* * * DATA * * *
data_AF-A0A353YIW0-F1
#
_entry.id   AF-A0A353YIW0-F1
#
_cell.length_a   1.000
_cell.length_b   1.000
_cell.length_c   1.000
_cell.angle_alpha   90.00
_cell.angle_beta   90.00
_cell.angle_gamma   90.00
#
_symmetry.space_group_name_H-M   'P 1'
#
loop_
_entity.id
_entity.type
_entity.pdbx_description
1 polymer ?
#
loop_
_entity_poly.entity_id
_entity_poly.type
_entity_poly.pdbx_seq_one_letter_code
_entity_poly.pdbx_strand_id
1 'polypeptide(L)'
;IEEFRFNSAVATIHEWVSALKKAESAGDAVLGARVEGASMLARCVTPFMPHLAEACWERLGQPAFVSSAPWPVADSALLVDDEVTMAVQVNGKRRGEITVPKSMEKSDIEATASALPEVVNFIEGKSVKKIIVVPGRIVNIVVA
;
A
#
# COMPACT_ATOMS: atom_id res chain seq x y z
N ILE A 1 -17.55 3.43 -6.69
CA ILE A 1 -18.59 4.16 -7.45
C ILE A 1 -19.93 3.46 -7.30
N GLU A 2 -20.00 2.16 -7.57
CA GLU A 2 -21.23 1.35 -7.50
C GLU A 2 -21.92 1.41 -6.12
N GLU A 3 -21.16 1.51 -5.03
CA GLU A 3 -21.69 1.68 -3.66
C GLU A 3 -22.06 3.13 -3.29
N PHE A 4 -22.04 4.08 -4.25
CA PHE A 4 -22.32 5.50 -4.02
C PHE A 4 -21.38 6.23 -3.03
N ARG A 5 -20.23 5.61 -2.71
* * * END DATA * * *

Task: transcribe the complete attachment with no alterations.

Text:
data_AF-A0A353YIW0-F1
#
_entry.id   AF-A0A353YIW0-F1
#
_cell.length_a   1.000
_cell.length_b   1.000
_cell.length_c   1.000
_cell.angle_alpha   90.00
_cell.angle_beta   90.00
_cell.angle_gamma   90.00
#
_symmetry.space_group_name_H-M   'P 1'
#
loop_
_entity.id
_entity.type
_entity.pdbx_description
1 polymer ?
#
loop_
_entity_poly.entity_id
_entity_poly.type
_entity_poly.pdbx_seq_one_letter_code
_entity_poly.pdbx_strand_id
1 'polypeptide(L)'
;IEEFRFNSAVATIHEWVSALKKAESAGDAVLGARVEGASMLARCVTPFMPHLAEACWERLGQPAFVSSAPWPVADSALLVDDEVTMAVQVNGKRRGEITVPKSMEKSDIEATASALPEVVNFIEGKSVKKIIVVPGRIVNIVVA
;
A
#
# COMPACT_ATOMS: atom_id res chain seq x y z
N ILE A 1 -17.55 3.43 -6.69
CA ILE A 1 -18.59 4.16 -7.45
C ILE A 1 -19.93 3.46 -7.30
N GLU A 2 -20.00 2.16 -7.57
CA GLU A 2 -21.23 1.35 -7.50
C GLU A 2 -21.92 1.41 -6.12
N GLU A 3 -21.16 1.51 -5.03
CA GLU A 3 -21.69 1.68 -3.66
C GLU A 3 -22.06 3.13 -3.29
N PHE A 4 -22.04 4.08 -4.25
CA PHE A 4 -22.32 5.50 -4.02
C PHE A 4 -21.38 6.23 -3.03
N ARG A 5 -20.23 5.61 -2.71